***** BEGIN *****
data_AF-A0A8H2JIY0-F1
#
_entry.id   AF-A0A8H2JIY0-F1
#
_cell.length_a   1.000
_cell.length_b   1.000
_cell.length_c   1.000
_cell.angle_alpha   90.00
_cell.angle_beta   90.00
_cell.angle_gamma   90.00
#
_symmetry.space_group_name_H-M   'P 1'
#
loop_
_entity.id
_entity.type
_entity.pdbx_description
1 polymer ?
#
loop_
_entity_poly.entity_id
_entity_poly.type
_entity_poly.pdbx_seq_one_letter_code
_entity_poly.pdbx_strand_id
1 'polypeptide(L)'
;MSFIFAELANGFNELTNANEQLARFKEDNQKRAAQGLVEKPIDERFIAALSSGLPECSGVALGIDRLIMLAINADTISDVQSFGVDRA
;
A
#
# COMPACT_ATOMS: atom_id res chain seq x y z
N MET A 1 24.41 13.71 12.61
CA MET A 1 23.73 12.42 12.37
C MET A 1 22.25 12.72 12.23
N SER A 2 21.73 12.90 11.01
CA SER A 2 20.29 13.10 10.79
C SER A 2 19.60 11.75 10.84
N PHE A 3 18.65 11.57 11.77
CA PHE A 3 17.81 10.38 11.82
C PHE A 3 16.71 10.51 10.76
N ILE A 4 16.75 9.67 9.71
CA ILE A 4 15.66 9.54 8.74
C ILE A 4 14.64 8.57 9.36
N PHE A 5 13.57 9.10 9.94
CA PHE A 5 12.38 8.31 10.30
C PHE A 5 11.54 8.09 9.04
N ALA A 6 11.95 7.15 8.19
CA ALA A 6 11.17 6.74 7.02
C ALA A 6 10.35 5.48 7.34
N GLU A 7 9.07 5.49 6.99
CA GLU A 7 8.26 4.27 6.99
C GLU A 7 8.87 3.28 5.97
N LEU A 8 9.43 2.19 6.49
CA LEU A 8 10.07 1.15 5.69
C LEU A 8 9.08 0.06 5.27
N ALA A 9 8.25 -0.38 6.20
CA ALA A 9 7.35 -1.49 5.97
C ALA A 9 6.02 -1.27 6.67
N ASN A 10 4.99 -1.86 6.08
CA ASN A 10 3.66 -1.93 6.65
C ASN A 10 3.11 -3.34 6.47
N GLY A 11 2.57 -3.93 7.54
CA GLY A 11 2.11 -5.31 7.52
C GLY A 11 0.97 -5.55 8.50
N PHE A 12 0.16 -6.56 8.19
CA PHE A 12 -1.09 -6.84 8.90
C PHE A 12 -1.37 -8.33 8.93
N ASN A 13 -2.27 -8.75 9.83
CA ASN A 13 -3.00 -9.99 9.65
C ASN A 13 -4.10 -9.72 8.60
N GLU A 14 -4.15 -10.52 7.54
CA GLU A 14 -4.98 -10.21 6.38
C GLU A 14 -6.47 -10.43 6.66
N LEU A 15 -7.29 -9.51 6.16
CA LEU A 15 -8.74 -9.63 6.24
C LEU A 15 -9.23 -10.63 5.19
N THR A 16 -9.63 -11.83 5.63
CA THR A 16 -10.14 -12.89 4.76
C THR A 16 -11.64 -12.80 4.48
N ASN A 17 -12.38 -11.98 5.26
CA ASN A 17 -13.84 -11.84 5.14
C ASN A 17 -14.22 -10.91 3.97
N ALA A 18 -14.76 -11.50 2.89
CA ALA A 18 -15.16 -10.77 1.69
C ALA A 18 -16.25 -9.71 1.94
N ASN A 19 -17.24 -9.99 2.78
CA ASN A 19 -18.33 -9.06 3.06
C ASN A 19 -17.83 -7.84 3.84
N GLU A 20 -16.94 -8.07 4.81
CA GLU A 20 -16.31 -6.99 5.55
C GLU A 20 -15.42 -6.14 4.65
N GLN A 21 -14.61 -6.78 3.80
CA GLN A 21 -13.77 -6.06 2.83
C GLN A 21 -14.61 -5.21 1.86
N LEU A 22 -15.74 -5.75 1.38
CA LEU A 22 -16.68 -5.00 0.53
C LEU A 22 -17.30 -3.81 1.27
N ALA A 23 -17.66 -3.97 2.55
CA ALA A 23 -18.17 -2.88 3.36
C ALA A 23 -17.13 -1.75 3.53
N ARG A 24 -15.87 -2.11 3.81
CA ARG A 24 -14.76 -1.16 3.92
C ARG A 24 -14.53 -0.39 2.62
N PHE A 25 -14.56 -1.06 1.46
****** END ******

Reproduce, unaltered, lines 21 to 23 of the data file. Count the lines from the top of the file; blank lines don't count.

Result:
_entity_poly.entity_id
_entity_poly.type
_entity_poly.pdbx_seq_one_letter_code